The impact of treatment on mountain pine beetle infestation rates


  • Trisalyn Nelson
  • Barry Boots
  • Ken J. White
  • Alanya C. Smith



epidemic, management, mountain pine beetle, silviculture, treatment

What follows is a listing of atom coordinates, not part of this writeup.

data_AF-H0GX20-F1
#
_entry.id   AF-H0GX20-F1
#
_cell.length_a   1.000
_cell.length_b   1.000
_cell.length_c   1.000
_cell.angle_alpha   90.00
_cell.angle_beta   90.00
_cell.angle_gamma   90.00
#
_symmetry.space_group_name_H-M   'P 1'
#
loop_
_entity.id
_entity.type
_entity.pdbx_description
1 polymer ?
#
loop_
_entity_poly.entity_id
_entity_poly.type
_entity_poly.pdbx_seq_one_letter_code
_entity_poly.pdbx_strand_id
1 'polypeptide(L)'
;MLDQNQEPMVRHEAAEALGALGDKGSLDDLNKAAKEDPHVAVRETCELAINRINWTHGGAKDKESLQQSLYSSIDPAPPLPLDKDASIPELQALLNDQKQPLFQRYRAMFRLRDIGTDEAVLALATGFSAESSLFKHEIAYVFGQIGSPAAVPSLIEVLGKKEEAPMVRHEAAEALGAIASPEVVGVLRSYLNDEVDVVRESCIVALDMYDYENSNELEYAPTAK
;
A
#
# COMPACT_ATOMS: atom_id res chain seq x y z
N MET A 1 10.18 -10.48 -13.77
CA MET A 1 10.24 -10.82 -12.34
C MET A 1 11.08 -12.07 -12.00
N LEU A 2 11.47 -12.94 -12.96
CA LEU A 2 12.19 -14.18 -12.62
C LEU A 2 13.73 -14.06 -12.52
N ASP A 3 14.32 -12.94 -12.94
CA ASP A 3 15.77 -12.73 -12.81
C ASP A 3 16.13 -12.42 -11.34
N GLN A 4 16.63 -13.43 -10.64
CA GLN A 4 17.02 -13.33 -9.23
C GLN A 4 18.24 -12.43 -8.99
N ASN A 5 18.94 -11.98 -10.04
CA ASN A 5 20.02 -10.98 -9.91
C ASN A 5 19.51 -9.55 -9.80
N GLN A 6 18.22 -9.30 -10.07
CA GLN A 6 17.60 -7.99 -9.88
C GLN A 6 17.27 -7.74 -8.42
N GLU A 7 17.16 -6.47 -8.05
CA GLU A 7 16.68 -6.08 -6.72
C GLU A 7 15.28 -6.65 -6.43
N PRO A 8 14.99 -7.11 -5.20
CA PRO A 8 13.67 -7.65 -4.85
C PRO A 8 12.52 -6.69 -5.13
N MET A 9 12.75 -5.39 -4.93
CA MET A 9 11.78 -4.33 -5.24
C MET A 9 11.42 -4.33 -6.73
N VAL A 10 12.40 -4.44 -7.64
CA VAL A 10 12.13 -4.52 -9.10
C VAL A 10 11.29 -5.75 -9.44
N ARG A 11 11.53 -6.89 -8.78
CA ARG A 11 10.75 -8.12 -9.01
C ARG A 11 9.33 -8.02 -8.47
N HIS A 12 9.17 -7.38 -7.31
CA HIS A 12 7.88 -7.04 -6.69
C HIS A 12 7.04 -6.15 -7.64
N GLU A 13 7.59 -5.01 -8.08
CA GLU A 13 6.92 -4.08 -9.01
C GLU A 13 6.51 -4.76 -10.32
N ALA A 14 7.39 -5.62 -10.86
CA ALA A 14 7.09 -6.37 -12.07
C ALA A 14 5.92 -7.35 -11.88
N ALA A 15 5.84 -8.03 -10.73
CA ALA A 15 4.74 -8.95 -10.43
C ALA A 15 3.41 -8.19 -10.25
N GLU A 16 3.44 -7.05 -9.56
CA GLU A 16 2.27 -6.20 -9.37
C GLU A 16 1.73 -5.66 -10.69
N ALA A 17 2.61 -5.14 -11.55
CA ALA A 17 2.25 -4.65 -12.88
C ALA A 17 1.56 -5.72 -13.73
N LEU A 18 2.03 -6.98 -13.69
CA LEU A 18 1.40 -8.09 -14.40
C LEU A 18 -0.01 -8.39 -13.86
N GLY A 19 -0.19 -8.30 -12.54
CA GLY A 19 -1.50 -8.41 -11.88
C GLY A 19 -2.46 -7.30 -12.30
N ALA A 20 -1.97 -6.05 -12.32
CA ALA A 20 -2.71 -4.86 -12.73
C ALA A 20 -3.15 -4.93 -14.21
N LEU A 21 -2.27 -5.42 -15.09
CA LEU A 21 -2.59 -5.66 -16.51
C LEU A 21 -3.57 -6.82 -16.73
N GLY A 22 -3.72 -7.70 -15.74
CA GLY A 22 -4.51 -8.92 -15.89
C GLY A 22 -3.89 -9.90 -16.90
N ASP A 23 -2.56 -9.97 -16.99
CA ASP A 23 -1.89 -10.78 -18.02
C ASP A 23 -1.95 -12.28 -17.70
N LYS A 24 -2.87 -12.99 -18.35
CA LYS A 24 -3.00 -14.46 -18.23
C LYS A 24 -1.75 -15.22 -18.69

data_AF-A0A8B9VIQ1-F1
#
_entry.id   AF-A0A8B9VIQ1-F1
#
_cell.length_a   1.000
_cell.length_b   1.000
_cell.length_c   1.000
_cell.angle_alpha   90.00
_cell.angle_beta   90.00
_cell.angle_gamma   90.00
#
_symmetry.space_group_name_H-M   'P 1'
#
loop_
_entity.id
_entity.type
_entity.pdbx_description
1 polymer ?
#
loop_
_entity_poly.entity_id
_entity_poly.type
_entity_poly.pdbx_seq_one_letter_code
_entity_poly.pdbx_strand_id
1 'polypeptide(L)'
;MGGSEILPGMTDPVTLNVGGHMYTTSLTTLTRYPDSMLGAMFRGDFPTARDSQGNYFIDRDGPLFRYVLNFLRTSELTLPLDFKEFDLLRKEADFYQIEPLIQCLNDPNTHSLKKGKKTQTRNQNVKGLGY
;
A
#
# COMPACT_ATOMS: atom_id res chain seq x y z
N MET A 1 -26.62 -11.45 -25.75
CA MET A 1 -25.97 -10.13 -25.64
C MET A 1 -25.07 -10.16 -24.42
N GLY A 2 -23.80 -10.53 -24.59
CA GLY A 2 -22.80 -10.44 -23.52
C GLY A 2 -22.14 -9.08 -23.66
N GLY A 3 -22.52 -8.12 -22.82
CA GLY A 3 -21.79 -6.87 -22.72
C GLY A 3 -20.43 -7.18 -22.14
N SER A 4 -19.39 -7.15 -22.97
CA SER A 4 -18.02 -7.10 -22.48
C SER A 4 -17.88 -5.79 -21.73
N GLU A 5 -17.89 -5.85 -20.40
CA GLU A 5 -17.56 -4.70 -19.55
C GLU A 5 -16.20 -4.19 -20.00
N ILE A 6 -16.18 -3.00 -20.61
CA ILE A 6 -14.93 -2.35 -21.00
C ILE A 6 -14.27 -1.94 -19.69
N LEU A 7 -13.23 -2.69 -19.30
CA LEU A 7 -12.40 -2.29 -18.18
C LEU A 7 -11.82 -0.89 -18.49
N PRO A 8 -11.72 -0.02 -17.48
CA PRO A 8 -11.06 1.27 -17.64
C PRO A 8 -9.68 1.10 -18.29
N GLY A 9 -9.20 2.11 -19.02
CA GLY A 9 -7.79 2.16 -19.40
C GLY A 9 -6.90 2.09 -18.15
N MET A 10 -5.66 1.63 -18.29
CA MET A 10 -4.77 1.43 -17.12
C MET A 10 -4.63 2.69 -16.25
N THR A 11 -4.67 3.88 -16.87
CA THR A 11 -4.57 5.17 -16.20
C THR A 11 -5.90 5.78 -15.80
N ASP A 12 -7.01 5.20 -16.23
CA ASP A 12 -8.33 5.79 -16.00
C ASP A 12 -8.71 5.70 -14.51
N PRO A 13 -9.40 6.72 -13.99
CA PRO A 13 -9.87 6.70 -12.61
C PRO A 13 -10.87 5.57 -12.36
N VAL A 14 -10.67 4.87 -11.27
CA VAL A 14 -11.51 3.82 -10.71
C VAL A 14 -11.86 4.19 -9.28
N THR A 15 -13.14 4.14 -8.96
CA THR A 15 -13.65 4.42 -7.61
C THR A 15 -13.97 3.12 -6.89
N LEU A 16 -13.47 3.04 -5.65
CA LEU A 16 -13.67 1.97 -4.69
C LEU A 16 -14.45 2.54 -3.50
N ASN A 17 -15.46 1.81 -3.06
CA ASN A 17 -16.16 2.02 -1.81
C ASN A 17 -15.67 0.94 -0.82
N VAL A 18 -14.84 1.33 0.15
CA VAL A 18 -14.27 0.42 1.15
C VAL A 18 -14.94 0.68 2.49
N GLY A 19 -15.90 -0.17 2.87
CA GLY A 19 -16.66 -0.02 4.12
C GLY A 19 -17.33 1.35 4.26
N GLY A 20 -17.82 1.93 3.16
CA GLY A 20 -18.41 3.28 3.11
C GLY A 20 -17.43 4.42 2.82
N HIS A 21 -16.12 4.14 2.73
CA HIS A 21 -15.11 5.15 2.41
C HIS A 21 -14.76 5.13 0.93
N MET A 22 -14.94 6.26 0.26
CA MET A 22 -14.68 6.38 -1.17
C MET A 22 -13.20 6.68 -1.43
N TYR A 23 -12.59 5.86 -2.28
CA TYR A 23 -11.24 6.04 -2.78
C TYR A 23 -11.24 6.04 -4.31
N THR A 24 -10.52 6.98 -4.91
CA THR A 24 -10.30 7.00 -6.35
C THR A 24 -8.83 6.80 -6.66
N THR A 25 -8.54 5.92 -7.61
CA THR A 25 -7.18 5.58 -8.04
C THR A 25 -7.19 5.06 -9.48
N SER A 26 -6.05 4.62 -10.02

The spatial extent of the current mountain pine beetle epidemic in western Canada has highlighted the need to understand the efficacy of treatment strategies. We investigate the effect of five direct-control treatments applied in central British Columbia during a mountain pine beetle epidemic. Using point data from GPS helicopter surveys and kernel density estimators, efficacy was explored through comparisons of infestation intensities at treated locations to randomly selected untreated sites. Small patch and block harvesting treatments showed the clearest signs of reducing infestation intensity; the effects of the fell and burn, monosodium methanearsonate, and pheromone-baited tree treatments were less clear. Through this work, five management guidelines were developed: (1) aggressive treatments can be effective when beetle populations are moderate, although still epidemic; (2) single-tree treatments are only effective when infestation intensities are low or moderate in both the treatment area and surrounding regions; (3) singletree treatments are the most effective when treatments are intensively applied; (4) overall, the more infested trees removed during treatment, the greater the reduction in infestation intensity; and (5) when it is possible to reduce the infestation levels to 2.5 or fewer infested trees per hectare, treatments can be effectively applied.